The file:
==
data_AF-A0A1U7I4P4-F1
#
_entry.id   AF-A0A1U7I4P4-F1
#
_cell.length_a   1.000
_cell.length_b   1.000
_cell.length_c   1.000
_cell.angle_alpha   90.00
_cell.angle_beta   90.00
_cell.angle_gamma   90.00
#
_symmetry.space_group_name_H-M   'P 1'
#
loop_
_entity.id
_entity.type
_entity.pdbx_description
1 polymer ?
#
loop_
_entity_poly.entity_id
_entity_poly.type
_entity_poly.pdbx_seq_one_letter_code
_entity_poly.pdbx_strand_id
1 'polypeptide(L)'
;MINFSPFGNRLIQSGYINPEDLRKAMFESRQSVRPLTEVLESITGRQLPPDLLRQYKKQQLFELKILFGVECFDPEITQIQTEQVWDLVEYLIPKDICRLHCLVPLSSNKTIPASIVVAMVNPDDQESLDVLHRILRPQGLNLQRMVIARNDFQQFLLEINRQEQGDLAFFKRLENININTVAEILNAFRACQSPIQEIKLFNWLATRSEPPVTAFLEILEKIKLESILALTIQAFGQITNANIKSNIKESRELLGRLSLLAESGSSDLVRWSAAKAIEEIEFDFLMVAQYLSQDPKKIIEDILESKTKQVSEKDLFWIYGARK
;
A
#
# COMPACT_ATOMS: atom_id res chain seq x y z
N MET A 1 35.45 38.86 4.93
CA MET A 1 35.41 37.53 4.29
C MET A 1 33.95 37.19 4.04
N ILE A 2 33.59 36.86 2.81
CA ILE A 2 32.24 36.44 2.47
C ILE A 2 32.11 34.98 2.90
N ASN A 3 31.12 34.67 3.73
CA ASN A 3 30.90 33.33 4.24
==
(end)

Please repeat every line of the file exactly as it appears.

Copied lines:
data_AF-A0A1U7I4P4-F1
#
_entry.id   AF-A0A1U7I4P4-F1
#
_cell.length_a   1.000
_cell.length_b   1.000
_cell.length_c   1.000
_cell.angle_alpha   90.00
_cell.angle_beta   90.00
_cell.angle_gamma   90.00
#
_symmetry.space_group_name_H-M   'P 1'
#
loop_
_entity.id
_entity.type
_entity.pdbx_description
1 polymer ?
#
loop_
_entity_poly.entity_id
_entity_poly.type
_entity_poly.pdbx_seq_one_letter_code
_entity_poly.pdbx_strand_id
1 'polypeptide(L)'
;MINFSPFGNRLIQSGYINPEDLRKAMFESRQSVRPLTEVLESITGRQLPPDLLRQYKKQQLFELKILFGVECFDPEITQIQTEQVWDLVEYLIPKDICRLHCLVPLSSNKTIPASIVVAMVNPDDQESLDVLHRILRPQGLNLQRMVIARNDFQQFLLEINRQEQGDLAFFKRLENININTVAEILNAFRACQSPIQEIKLFNWLATRSEPPVTAFLEILEKIKLESILALTIQAFGQITNANIKSNIKESRELLGRLSLLAESGSSDLVRWSAAKAIEEIEFDFLMVAQYLSQDPKKIIEDILESKTKQVSEKDLFWIYGARK
;
A
#
# COMPACT_ATOMS: atom_id res chain seq x y z
N MET A 1 35.45 38.86 4.93
CA MET A 1 35.41 37.53 4.29
C MET A 1 33.95 37.19 4.04
N ILE A 2 33.59 36.86 2.81
CA ILE A 2 32.24 36.44 2.47
C ILE A 2 32.11 34.98 2.90
N ASN A 3 31.12 34.67 3.73
CA ASN A 3 30.90 33.33 4.24